- stroke. The symptoms of stroke are numbness or weakness of the arms or legs, headache, dizziness and confusion, visual disturbance, difficulty swallowing, slurred speech and loss of speech.
- kidney problems where you pass little or no urine, drowsiness, nausea, vomiting and breathlessness
- difficulty breathing
- a condition called deep vein thrombosis (DVT). The symptoms of DVT are pain and swelling in the large veins, usually in your legs. DVT may lead to complications such as blood clots in your lungs
- bowel infarction caused by a restriction of blood supply to the bowels. You may experience severe abdominal pains and may pass bloody stools.
These are serious side effects. You may need urgent medical attention.
Tell your doctor immediately or go to Accident and Emergency at your nearest hospital if you notice any of the following:
- unexpected pain
- unexpected swelling in your legs or arms
- giddiness or dizziness
- allergic skin reactions
- changes in your eyesight
- convulsions, fits or seizures
- low blood pressure from rapid administration of Zamic Solution for Injection.
These may be serious side effects. You may need urgent medical attention. These side effects are rare.
Other side effects not listed above may occur in some patients.
Tell your doctor if you notice any other side effects while taking Zamic.
Do not be alarmed by this list of possible side effects.
You may not experience any of them.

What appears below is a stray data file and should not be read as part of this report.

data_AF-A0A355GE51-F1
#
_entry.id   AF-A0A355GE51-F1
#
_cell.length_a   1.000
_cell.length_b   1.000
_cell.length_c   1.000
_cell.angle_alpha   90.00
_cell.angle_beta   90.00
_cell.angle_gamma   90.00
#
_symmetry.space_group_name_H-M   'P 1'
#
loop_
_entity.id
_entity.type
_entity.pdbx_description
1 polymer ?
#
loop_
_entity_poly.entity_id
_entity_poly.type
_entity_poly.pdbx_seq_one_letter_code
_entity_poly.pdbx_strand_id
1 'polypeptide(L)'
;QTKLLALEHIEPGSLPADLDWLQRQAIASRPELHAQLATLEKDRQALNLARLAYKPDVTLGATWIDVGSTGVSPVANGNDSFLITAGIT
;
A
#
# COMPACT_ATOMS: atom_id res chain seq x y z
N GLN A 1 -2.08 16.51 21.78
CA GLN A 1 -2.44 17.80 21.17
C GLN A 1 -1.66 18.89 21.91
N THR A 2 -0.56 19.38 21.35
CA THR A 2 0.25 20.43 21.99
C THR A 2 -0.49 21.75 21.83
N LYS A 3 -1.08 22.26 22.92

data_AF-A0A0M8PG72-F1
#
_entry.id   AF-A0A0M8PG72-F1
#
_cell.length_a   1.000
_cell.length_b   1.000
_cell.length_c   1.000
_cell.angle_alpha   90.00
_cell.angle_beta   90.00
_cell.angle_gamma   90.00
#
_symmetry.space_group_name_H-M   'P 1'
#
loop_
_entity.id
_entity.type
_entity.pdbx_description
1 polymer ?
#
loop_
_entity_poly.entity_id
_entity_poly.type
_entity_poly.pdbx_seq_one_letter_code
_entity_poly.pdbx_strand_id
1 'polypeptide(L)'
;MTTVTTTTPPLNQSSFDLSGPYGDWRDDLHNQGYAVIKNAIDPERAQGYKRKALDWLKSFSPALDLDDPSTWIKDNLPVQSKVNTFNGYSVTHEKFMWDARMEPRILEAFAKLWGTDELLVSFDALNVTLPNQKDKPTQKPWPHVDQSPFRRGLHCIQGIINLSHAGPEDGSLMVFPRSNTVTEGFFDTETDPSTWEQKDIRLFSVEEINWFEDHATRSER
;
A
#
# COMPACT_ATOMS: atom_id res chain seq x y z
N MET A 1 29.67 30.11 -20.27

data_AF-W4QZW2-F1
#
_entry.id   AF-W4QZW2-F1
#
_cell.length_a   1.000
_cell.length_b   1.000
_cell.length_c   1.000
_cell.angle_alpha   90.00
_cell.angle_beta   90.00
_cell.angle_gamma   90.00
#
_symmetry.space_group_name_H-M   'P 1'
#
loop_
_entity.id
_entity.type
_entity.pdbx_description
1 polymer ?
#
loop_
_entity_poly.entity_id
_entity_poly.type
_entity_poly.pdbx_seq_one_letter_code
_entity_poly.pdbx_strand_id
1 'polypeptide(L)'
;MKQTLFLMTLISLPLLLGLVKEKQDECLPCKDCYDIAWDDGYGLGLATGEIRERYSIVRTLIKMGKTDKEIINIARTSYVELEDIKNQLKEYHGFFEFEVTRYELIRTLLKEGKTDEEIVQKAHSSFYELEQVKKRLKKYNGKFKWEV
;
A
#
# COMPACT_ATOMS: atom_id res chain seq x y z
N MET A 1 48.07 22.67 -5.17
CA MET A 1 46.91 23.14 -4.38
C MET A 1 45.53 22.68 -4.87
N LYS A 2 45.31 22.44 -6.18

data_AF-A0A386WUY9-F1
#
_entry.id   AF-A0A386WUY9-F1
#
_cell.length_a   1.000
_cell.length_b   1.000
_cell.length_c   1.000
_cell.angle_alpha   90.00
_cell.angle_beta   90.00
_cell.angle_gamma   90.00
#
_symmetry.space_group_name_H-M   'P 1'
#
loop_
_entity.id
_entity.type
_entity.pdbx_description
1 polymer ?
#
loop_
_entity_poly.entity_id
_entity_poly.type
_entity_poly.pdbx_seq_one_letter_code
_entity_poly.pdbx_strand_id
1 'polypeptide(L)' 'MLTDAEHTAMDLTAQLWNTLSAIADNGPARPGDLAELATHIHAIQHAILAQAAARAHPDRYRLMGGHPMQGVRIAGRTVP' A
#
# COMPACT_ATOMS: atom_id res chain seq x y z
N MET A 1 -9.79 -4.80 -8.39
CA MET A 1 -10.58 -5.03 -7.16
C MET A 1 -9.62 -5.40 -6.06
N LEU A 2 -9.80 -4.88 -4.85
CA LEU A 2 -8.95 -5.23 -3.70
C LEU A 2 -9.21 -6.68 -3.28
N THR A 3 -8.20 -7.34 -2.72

After using Zamic
Zamic tranexamic acid solution for injection will normally be stored in a hospital. The undiluted product should be stored in a cool, dry place where the temperature stays below 25°C.
This product does not contain antimicrobial agents. It is for single use in one patient only.
If storage of the diluted solution is necessary, it should be stored at 2°C-8°C for a maximum of 24 hours.
Any unused solution should be discarded.
If your doctor or pharmacist tells you to stop taking Zamic or the medicine has passed the expiry date, ask your pharmacist what to do with any medicine that is left over.
Remember: this medicine is for you. Never give it to someone else even if they have the same condition as you.
What it looks like
Zamic Solution for Injection is a clear and colourless solution.
The active ingredient is tranexamic acid. Each ampoule contains 100 mg/ mL tranexamic acid.
The inactive ingredient is
Zamic Solution for Injection is available in packs of 5 x 5 mL ampoules each containing 500 mg tranexamic acid and 5 mL Water for Injections.
Medsurge Healthcare Pty Limited
Unit 2, 6-7 Gilda Court
Marketed and distributed by: Medsurge Healthcare Pty Ltd
AUST R 202786
This leaflet was prepared in March 2018.